Chinese Pharma Stocks Pummeled Amid Scare of HIV Contamination in Medical Products
The drug watchdog said a day after the investigation launched that the medical products in question were clear from infection, but the stocks of pharma companies took a hit nevertheless.
(Updated with today's closing prices)
The stocks of U.S.-listed Chinese pharma companies tumbled Thursday amid a continuing scare related to reportedly HIV-contaminated blood plasma products distributed to hospitals across China by state-backed Shanghai Xinxing Medicine Co. Ltd.
Shares in oncology-focused Beigene Ltd. (Nasdaq: BGNE) closed down 3.5 percent, at $126.06 apiece in New York. China Biologic Products Holdings Inc. (Nasdaq: CBPO), which develops plasma-based biopharmaceutical products, traded down nearly 2 percent down, to $78.12 per American depositary share.
Pharma products distributor 111 Inc. (Nasdaq: YI), which had been among the biggest losers in the industry as its stock slid 7 percent slide during the day, closed at $8.54 per share, a loss of 3.5 percent.
The stock of Zai Lab Ltd. (Nasdaq: ZLAB), which experienced volatility throughout the day, declined 3 percent, at $30.60 per ADS. The company enjoyed a boost earlier today from an "outperform" rating by Credit Suisse Group, which assumed coverage of the drug developer specializing in oncology and infectious diseases at $34.70 per share, representing an upside of 10 percent from yesterday's close.
Shares in China Pharma Holdings Inc. (NYSE American: CPHI), which makes drugs for conditions with high mortality rates, inched 1 cent lower, or 4 percent, to 29 cents apiece. China SXT Pharmaceuticals Inc. (Nasdaq: SXTC), which makes Chinese traditional herbal medicine products, did not escape the fate of its big brothers and slid more than 4 percent to $5.88 per share.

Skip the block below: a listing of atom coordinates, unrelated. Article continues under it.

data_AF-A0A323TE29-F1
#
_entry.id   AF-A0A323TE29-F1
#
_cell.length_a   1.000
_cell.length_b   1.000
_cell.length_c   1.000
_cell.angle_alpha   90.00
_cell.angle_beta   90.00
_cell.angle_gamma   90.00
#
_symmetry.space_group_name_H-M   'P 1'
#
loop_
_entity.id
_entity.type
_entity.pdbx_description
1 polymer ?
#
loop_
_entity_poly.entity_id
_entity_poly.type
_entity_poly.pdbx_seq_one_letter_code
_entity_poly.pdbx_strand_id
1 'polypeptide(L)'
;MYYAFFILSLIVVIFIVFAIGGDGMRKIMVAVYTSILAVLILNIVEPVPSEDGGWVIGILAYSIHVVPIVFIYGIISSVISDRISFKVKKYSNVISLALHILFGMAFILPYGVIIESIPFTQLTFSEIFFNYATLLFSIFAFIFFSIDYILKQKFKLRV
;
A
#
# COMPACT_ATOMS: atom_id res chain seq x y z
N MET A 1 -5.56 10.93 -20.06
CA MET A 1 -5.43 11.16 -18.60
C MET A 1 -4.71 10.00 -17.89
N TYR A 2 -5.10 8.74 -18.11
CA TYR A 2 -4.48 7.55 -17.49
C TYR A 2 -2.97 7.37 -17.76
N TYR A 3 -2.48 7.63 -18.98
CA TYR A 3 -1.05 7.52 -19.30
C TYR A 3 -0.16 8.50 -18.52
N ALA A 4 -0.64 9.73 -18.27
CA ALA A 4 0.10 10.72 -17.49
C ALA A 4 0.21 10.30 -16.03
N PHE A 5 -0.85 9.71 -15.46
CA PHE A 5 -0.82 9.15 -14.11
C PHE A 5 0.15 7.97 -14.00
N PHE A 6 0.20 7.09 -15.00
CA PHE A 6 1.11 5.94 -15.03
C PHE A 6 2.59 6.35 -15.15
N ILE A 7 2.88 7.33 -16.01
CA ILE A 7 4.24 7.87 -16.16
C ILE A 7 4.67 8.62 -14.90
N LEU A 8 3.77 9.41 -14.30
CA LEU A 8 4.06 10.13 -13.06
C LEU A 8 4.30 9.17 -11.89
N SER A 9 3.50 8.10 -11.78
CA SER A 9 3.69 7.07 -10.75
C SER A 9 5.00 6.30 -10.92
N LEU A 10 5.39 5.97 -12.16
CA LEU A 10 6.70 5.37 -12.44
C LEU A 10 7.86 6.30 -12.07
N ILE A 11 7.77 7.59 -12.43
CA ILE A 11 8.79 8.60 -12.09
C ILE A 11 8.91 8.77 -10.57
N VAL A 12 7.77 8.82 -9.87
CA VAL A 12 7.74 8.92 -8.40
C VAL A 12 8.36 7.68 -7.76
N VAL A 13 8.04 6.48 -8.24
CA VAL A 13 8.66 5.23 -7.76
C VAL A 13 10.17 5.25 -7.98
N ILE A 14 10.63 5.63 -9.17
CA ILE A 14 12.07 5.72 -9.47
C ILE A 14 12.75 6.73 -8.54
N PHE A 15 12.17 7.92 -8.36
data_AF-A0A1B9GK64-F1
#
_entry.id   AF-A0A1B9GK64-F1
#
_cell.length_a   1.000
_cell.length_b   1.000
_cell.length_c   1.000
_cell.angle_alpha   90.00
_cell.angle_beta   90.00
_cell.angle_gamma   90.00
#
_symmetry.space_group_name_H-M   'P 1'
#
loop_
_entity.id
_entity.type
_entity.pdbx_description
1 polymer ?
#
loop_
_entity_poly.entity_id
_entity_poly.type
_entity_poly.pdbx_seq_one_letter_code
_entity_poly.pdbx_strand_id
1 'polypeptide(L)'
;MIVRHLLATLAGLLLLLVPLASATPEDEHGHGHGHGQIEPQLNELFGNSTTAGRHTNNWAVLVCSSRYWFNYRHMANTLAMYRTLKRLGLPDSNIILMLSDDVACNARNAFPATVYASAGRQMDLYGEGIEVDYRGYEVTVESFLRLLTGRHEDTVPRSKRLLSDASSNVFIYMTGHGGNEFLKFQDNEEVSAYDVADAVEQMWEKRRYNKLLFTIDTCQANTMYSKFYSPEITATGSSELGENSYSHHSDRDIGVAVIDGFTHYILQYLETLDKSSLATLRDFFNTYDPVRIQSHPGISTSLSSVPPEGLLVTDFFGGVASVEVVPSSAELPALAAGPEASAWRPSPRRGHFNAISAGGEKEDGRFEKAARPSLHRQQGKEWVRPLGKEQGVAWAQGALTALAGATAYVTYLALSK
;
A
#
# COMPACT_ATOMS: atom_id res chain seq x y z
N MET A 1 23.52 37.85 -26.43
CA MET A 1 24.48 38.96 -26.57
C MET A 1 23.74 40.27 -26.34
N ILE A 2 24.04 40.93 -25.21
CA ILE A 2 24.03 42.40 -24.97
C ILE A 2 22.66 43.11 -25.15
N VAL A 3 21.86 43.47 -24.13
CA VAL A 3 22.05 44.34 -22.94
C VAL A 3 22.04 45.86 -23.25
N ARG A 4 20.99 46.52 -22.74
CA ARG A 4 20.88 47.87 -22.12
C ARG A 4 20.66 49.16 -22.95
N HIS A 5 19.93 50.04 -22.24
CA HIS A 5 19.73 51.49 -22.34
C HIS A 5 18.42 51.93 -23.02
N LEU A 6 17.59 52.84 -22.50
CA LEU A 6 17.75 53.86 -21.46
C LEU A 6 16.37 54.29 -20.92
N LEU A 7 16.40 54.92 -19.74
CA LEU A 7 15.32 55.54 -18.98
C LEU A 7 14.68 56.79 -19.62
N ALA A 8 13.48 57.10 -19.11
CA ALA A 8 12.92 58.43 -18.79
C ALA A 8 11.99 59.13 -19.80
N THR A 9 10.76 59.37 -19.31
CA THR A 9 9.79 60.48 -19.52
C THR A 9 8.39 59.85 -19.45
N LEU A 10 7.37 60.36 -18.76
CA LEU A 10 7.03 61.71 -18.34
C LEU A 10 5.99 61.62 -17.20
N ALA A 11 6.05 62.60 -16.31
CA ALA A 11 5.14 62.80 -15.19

Pharma stocks suffered after China launched an investigation into the sales of 12,000 units of intravenous immunoglobin made by Shanghai Xinxing. On Tuesday, China's National Health Commission received a report from a disease control center in Jiangxi province claiming the products tested positive for HIV antibodies, according to Caixin Global. It then warned medical institutions across the country to suspend use of the treatment.
However, inspectors from the National Medical Products Administration (NMPA) said the next day that they had tested the products and found no trace of contamination by HIV, as well as hepatitis B and C, as reported by the South China Morning Post. This conclusion was issued by the same drug watchdog whose officials are under investigation over last year's rabies vaccine scandal.
The production and sales of the products at Shanghai Xinxing have been halted and are under inspection, as reported by various media. There have been no disclosed cases of patients having contracted HIV in this incident, as reported by the SCMP.